Week by Week Synopsis

Week One

Institute participants will begin with recent examples of gender and feminist reader-response theory and how it has been used to read texts by medieval women. Also important is the evolution of sex difference in medieval medical and natural philosophy--patristic and medieval examples of misogynistic and misogamous writings, as compared with gendered passages in Hildegard of Bingen's medical text, On Natural Philosophy and Medicine, or what Monique Wittig describes as the "crablike" way that women make their entrance in a text when gender, having been imposed, deprives women of "the authority of speech."

Week Two

The Institute's examination of writing by women will follow, with an introduction to the "material culture"-the architecture and archaeology-in which they wrote between the ninth and the twelfth centuries--the monastery, specifically. Gender and space will be examined in the Latin life of Perpetua, the lives and letters of eighth-century Anglo-Saxon nuns (Hilda, Lioba, Walburga), from Bede's History of the English Church and People, the plays of Hrotsvit of Gandersheim (10th c.) and the Letters of Heloise (12th c.)

Week Three

Will center on memoirs and biography, specifically the writings of women from central and Eastern Europe, Scandinavia, and the Byzantine Empire (12th-15th c.). After a short contextual survey will follow traditions of female mythographies, Valkyrie, warrior maidens, heroic virginity, etc. (Niebelungenlied, Gudrun, Edda). Later in this week the Institute will examine the subject of desire and gender identity, in French courtly literature in the twelfth and thirteenth centuries, in the lais of Marie de France.

Week Four

Offers a continuation of this subject in French courtly romances of the twelfth and thirteenth centuries with female protagonists (by male and anonymous authors), and in Trobairitz lyrics. Desire and gender identity will also contribute to an exploration of the mystical tradition, in particular the thirteenth-century beguines Hadewijch of Brabant and Mechthild of Magdeburg. The strongly eroticized mysticism of such women forms a counterpoint to the classical Benedictine spirituality of Hildegard of Bingen, the twelfth-century abbess whose liturgical chants have enjoyed a recent popular renascence.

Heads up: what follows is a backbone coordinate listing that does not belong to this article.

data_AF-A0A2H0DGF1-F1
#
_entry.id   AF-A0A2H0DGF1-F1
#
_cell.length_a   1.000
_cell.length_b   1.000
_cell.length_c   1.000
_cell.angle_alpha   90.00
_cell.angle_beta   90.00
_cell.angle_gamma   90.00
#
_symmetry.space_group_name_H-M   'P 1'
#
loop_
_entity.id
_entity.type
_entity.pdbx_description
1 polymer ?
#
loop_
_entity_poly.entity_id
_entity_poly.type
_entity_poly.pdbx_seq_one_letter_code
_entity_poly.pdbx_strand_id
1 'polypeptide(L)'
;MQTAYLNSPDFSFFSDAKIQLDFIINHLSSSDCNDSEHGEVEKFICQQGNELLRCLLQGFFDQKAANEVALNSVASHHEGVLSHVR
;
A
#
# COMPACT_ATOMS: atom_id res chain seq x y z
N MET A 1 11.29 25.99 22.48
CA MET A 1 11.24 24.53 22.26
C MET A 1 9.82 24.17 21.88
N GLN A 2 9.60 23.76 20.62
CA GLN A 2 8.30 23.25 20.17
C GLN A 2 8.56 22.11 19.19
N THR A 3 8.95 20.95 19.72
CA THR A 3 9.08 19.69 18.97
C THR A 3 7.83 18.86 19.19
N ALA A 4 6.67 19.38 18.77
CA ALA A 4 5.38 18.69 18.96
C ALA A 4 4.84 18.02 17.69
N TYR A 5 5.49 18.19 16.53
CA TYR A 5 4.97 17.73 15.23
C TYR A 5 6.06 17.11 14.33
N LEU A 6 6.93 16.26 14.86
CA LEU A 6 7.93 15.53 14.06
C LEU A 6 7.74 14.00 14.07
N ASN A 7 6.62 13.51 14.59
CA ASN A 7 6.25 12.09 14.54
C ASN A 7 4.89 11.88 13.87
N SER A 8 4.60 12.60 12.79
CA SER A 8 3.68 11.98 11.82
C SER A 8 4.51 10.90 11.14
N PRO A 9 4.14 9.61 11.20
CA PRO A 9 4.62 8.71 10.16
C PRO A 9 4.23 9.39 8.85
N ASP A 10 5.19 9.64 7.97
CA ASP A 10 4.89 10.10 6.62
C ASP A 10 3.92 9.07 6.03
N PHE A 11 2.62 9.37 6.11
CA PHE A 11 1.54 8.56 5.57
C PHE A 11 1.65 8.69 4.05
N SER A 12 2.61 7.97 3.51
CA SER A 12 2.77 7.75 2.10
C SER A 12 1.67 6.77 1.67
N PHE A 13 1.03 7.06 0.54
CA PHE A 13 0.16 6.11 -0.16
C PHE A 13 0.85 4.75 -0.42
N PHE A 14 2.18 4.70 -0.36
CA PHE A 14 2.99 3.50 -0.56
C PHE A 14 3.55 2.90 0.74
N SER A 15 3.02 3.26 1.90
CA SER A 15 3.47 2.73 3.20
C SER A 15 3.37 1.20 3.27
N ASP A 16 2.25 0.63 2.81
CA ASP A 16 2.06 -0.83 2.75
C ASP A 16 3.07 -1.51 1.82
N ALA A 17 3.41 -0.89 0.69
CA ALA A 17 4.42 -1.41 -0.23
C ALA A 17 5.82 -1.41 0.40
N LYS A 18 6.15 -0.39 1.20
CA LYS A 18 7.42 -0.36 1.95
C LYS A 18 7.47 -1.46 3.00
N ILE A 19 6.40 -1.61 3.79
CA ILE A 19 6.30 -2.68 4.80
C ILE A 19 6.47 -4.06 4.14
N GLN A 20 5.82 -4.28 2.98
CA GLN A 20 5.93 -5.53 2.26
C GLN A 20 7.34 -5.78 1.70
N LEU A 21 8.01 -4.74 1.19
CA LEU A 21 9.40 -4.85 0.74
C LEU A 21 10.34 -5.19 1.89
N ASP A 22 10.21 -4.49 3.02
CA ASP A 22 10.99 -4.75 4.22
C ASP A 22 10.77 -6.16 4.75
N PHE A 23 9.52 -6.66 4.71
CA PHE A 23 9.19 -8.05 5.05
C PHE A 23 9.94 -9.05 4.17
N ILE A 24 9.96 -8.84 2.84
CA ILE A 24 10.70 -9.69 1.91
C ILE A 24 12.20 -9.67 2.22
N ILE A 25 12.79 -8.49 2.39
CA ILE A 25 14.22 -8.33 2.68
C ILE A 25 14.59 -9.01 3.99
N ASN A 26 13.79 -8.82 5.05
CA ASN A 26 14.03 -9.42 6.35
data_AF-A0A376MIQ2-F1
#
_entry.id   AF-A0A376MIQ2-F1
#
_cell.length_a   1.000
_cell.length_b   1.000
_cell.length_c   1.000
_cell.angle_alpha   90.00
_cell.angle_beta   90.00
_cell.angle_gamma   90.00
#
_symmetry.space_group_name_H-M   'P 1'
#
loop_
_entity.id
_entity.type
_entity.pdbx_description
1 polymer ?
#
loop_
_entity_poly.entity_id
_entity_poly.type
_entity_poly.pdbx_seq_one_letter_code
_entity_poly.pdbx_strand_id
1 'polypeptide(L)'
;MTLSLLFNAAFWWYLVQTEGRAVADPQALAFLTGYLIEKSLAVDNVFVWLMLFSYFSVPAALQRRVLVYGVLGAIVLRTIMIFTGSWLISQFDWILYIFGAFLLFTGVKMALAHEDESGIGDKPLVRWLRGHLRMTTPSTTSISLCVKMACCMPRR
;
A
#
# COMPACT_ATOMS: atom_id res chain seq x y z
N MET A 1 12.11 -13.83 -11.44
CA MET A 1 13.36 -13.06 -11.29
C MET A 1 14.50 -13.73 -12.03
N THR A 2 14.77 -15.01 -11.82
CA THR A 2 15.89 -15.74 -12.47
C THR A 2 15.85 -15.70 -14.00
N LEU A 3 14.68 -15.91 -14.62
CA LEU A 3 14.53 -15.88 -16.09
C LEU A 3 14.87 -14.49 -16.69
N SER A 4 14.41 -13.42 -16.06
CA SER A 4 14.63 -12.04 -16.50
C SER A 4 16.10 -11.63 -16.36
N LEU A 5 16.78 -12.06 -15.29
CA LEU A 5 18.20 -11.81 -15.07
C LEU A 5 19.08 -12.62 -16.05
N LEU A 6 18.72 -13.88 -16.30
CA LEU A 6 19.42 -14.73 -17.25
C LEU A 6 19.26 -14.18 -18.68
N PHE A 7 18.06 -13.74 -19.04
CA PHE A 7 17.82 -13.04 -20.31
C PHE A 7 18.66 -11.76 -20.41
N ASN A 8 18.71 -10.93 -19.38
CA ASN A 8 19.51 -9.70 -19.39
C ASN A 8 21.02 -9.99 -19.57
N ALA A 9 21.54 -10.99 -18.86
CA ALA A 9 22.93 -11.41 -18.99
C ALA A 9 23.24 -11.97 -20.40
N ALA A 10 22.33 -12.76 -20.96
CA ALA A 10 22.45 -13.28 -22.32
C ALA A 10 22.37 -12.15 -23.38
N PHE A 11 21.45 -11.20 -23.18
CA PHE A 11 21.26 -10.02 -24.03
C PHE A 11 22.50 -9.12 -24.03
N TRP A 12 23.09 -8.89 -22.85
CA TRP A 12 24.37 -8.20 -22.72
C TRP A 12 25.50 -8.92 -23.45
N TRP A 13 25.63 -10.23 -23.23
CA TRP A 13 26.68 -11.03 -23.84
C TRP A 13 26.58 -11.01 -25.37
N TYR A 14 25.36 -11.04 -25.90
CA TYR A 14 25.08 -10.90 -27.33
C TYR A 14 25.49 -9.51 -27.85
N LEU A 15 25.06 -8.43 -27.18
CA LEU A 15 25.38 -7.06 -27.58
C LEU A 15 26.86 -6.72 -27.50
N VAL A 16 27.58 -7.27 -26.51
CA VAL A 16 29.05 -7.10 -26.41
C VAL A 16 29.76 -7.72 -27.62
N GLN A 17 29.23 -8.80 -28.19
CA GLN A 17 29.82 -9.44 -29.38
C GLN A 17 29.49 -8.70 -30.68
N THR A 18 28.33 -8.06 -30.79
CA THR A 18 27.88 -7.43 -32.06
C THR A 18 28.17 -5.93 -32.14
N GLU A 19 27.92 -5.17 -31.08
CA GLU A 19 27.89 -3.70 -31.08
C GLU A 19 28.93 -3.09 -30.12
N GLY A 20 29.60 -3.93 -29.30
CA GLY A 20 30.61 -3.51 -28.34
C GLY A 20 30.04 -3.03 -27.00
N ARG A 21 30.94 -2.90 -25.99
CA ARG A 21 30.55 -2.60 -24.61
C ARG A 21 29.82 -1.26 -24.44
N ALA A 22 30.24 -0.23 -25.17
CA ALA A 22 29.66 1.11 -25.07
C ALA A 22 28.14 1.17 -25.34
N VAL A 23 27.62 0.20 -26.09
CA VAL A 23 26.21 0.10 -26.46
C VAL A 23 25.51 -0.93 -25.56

Week Five

Will continue with this examination of women mystics who also feminized God in their writings, a technique of gendering that complements the eroticized metaphors of a God depicted as lover. Specifically important will be the fifteenth-century English women mystics Julian of Norwich and Margery Kempe and, within the continuing discussion of desire, the classroom problem of teaching religious writers--why the mystics are so inaccessible to modern students and how to make them accessible.

Week Six

Offers as subject gender and intertextuality in the works of Christine de Pizan, especially in her lyrics, the Epistre Othea à Hector, and the Livre de la Cité des Dames, between representative tales and legends from each of the three books and those of chiefly male mythographers, poets, and hagiographers of the Latin scholastic tradition, Old French Literature; and Italian humanism. Of interest will be the question of how a woman creates a place for herself in an otherwise masculine tradition. The Institute will conclude with a Round Table on the participants' new courses.